Mindful Metaphors Episode 6
Welcome to another Mindful Metaphors! This episode I am going to be talking about something near and dear to my heart. It is about my approach to therapy and how I personally relate to those I help.
Some schools of therapy encourage the therapist to reveal nothing about themselves. But this is problematic for a few reasons. First, we are all human, with a story, life experiences, and struggles of our own. It is because of my own difficulties and experiences I have had that allows me relate so compassionately with others. Second, I believe that being authentic and open with the people I support helps them know they are not alone and that I understand them.
This isn’t to say I get into the details of my issues with the people I help. Not really. What I do let them know is that I too am a human and know how difficult it can be to have a human mind that creates all sorts of emotions, unhelpful thoughts, and confusion.
At this point, I’ve spent a good part of my life looking into the nature of my experience and listening to the experiences of others. I’ve learned a lot about human suffering, anxiety, depression, and the pain that our minds dish out on a daily basis. And I’m still learning and growing.
So that’s what this metaphor is all about. Me and you and how I believe I can best serve other people in the individual therapy and group work that I do. So without further ado, the two mountains metaphor:
Image two big mountains side by side in a vast landscape. On each mountain is a traveler slowly making his or her way up the mountain. Each mountain has a variety of ditches, muddy roads, and snow to navigate through. There are also some beautiful views from each of the mountains, some flowers, and nourishing fruit to eat. We each have our unique mountain with challenges and rewards.
I have been climbing mine since my life began and you have been climbing your mountain since you started life as well. We’ve each had our journeys to where we are now. Much of my journey has been understanding my anxiety and learning how to peacefully navigate it. I walk that path every day.
In therapy, I seek to understand your journey. Where you have started, where you have had a difficult time, and what has brought you joy and meaning. Chances are, maybe you are feeling stuck on your mountain and not sure how to proceed. Maybe you are not sure what direction to take. Maybe it feels too difficult to go on. And I understand that, I’ve been there too.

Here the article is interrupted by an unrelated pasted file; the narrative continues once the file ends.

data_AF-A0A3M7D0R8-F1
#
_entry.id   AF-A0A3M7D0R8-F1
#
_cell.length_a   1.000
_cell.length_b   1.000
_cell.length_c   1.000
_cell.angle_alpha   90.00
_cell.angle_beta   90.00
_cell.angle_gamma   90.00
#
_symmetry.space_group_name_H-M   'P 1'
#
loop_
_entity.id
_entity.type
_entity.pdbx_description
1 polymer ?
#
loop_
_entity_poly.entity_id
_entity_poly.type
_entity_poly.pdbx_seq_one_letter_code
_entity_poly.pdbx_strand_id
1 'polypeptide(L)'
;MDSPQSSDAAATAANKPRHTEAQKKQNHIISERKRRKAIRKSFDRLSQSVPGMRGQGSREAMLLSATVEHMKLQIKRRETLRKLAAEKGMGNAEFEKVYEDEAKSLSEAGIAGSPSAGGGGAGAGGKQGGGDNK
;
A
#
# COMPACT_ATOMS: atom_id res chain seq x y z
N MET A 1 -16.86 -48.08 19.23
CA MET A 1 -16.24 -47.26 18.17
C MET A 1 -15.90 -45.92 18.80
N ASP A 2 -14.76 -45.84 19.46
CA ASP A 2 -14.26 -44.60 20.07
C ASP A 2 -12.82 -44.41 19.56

But here’s how therapy can help. My mountain is there too. And I’ve got my binoculars out and I can see your mountain and where you are on it. I can look at how far you have come, what you have done to get there, and where you are currently stuck. I can help you navigate the difficult parts as they come up, give you strategies and ways of approaching these obstacles that you have not tried before.
I can offer you perspective on the entire mountain and if the direction you are headed looks like the one that gets you to the top. From my point of view, navigating the mountain is easy.
And I know this to be true because I too have had mentors, teachers, and therapists help me navigate my mountain. And I still climb every day alongside of them and alongside of you. We are all climbing our mountains together. And it would be an honor to help on your journey so you can reach the destination you would like.
Wonderful. I hope you have enjoyed this metaphor and that it helped you understand my approach to therapy and helping others. We all have our journey so why not help each other along the way.
Until next time,
Ellis Edmunds, Psy.D.
Therapy for Anxiety and Mindfulness Groups in Oakland, CA.
Tired of being stuck on your mountain? Contact me for a free 15 minute consultation today.